Atomic Origami, anyone?

Atomic origami? Yes, this and countless other uses of Graphene are being touted around the world. Such is the enduring enthusiasm for what has been widely (boorishly) presented as the next generation wonder material…

For now Graphene’s post-natal stage of possibility seems as if it will never burn out. My own casual but regular monitoring of the global hullabaloo around Graphene suggests that the column inches, broadcast minutes and pixel count on this particular G-word are certainly racking up.

Graphene-a-go-go

Mainstream media, around the world, is twitching over Graphene and its potential uses. The coverage only seems to grow the more you look for news items on the radar. Ditto for certain academic journals, in fields such as physics and nanotechnology, which continue to publish relevant research papers — many of which still cite the original source material authored by Manchester-based Graphene godfathers, and Nobel Prize Winners, Prof. Novoselov and Prof. Geim.

There are genuinely too many stories to recount, and most of those have links to related, earlier stories. However, due to the post-natal stage of development for Graphene — and lack of significant products — nearly all stories are thinly veiled conjecture. Very occasionally, a shard of a story surfaces that has practical, scalable, signposts such as these…

“With carefully-planned folds and snips, researchers led by Cornell kirigami.CaptureUniversity’s Melina Blees, have created microscopic simple machines and structures: springs, pyramids, hinges and more.”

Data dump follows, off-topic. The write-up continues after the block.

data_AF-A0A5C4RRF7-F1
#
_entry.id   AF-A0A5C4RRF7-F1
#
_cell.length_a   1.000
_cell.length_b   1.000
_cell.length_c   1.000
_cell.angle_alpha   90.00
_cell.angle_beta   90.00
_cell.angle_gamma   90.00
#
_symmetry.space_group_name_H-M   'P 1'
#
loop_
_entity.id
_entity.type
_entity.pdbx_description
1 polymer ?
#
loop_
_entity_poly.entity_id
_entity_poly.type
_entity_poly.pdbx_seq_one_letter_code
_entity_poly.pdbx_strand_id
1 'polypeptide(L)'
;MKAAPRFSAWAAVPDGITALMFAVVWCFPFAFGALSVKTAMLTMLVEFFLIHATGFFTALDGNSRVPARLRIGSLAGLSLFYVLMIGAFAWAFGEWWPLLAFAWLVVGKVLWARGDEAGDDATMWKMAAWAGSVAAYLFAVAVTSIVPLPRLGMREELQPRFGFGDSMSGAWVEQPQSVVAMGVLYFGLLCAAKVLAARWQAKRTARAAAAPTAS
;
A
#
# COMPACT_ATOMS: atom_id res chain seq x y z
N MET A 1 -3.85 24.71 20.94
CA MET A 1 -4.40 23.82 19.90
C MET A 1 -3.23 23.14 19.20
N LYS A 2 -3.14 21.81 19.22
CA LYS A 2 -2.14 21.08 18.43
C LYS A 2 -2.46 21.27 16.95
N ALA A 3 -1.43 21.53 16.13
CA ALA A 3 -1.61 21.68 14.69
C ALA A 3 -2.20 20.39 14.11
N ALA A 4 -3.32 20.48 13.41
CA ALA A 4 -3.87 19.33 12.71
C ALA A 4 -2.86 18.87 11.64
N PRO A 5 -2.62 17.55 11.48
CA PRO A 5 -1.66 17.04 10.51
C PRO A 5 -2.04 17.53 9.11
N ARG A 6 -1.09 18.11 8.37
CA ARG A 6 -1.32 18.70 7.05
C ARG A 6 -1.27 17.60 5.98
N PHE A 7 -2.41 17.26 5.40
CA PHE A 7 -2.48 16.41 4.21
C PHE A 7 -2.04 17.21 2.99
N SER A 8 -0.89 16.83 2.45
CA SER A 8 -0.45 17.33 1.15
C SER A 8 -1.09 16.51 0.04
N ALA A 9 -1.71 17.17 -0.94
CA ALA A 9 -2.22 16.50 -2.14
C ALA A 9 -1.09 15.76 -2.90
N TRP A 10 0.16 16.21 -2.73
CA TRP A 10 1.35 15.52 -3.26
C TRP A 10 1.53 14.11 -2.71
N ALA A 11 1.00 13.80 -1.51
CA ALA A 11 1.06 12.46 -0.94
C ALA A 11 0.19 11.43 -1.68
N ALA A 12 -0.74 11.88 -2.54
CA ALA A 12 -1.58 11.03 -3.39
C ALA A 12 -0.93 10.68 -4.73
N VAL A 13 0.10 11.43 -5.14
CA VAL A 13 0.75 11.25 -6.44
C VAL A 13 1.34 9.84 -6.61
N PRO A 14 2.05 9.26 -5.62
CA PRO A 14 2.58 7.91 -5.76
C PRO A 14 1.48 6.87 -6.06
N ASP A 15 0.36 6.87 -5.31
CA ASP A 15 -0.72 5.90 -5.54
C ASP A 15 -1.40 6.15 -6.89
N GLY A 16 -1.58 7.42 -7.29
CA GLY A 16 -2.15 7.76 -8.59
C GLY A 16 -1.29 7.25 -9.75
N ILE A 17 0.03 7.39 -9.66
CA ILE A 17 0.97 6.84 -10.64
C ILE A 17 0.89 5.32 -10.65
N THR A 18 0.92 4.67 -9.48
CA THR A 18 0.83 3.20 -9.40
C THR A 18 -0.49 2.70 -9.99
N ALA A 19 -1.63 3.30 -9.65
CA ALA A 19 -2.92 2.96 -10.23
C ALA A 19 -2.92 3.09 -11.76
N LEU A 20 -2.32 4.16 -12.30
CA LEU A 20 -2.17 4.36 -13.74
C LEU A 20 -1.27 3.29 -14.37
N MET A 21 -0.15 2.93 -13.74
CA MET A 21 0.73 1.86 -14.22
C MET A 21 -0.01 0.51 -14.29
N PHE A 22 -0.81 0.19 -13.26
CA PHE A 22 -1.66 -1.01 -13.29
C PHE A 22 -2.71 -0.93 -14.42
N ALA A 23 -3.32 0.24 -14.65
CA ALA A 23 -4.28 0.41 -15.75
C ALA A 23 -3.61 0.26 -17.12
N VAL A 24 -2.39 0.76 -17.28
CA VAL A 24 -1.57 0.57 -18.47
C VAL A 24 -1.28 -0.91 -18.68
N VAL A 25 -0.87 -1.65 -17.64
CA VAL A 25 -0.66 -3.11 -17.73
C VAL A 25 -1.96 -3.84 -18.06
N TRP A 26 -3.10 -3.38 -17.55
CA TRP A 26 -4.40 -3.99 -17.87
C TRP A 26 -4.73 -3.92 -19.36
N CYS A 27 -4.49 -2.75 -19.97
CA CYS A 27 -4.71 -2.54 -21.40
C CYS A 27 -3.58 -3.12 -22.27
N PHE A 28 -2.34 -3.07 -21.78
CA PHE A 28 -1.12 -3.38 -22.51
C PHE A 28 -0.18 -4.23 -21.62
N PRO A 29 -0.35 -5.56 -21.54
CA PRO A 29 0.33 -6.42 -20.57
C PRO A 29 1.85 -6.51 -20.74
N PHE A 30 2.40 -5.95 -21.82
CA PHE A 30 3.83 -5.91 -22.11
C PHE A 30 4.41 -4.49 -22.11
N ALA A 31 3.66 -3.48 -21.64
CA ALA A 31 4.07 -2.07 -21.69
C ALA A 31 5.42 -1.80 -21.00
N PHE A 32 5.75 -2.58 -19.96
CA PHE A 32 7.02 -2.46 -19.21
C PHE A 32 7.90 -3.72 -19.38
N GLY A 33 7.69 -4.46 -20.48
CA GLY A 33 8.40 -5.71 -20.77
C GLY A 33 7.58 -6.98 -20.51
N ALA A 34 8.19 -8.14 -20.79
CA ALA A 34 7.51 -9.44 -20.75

The BBC (linked here) also picked up on the same story.

Medical (and, sadly, military) claims are outlined in the next piece – one that also includes the, by now ‘classic’, factoid heavy intro that traces Graphene’s meteoric rise to global prominence. But it’s the ‘biosensor’ bit that holds interest…

“Tuned graphene molecular sensors open up new doors for biosensing which could result in improved environmental monitoring including pollutants and toxins in our bodies. Biosensors can also help in the process of drug delivery such as monitoring chemotherapy drugs or insulin levels with diabetics in the body.”  

More potential boons for Medicine are being noted in the nanotech sector: “Practical uses of such ultra-sensitive devices include the measurement of neurological currents in the brain or heart, and geophysical research.” Click that quote if you fancy a more academic, less newsy, read.

These are just a few links selected from innumerable examples.

Future gazing

If these and other potential uses start to reach fruition, it will rapidly usher in a Graphene age that could eclipse (not replace) Silicon, valley and all.

Of course, that time lies beyond an unknown horizon…

For the time being Graphene remains a ‘next generation’ wonder material.


P.S. Watch this space for an upcoming blogpost to summarise my experience and learnings from having recently attended the international ‘Graphene Week’ conference, held in Manchester (UK) 2015. Meanwhile, if you are ever stuck for an idea in mind to mull over, remember these two words: atomic origami.


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